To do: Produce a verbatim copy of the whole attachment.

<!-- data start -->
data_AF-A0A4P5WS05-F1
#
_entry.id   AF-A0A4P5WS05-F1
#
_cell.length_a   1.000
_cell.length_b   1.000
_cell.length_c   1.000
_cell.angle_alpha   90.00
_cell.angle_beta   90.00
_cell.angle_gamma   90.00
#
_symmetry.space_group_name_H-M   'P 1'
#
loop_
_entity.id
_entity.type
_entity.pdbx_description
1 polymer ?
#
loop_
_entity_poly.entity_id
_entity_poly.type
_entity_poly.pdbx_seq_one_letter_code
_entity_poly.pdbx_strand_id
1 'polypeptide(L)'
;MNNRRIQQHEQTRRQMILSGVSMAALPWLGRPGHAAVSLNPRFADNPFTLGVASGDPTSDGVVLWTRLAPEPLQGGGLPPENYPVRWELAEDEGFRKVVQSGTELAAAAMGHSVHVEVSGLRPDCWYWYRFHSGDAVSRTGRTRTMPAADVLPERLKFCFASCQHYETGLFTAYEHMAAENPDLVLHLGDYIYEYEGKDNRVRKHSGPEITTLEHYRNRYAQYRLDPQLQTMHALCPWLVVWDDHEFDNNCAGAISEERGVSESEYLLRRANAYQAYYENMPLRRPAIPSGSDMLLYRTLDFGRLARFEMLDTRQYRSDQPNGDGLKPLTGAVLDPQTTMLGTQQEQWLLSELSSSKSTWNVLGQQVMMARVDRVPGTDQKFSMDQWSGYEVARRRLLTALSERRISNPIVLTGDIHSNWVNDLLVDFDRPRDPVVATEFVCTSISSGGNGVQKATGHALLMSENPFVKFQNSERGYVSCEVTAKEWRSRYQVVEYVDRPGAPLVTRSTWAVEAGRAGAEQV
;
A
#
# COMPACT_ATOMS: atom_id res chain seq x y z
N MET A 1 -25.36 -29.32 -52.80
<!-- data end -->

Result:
data_AF-A0A4P5WS05-F1
#
_entry.id   AF-A0A4P5WS05-F1
#
_cell.length_a   1.000
_cell.length_b   1.000
_cell.length_c   1.000
_cell.angle_alpha   90.00
_cell.angle_beta   90.00
_cell.angle_gamma   90.00
#
_symmetry.space_group_name_H-M   'P 1'
#
loop_
_entity.id
_entity.type
_entity.pdbx_description
1 polymer ?
#
loop_
_entity_poly.entity_id
_entity_poly.type
_entity_poly.pdbx_seq_one_letter_code
_entity_poly.pdbx_strand_id
1 'polypeptide(L)'
;MNNRRIQQHEQTRRQMILSGVSMAALPWLGRPGHAAVSLNPRFADNPFTLGVASGDPTSDGVVLWTRLAPEPLQGGGLPPENYPVRWELAEDEGFRKVVQSGTELAAAAMGHSVHVEVSGLRPDCWYWYRFHSGDAVSRTGRTRTMPAADVLPERLKFCFASCQHYETGLFTAYEHMAAENPDLVLHLGDYIYEYEGKDNRVRKHSGPEITTLEHYRNRYAQYRLDPQLQTMHALCPWLVVWDDHEFDNNCAGAISEERGVSESEYLLRRANAYQAYYENMPLRRPAIPSGSDMLLYRTLDFGRLARFEMLDTRQYRSDQPNGDGLKPLTGAVLDPQTTMLGTQQEQWLLSELSSSKSTWNVLGQQVMMARVDRVPGTDQKFSMDQWSGYEVARRRLLTALSERRISNPIVLTGDIHSNWVNDLLVDFDRPRDPVVATEFVCTSISSGGNGVQKATGHALLMSENPFVKFQNSERGYVSCEVTAKEWRSRYQVVEYVDRPGAPLVTRSTWAVEAGRAGAEQV
;
A
#
# COMPACT_ATOMS: atom_id res chain seq x y z
N MET A 1 -25.36 -29.32 -52.80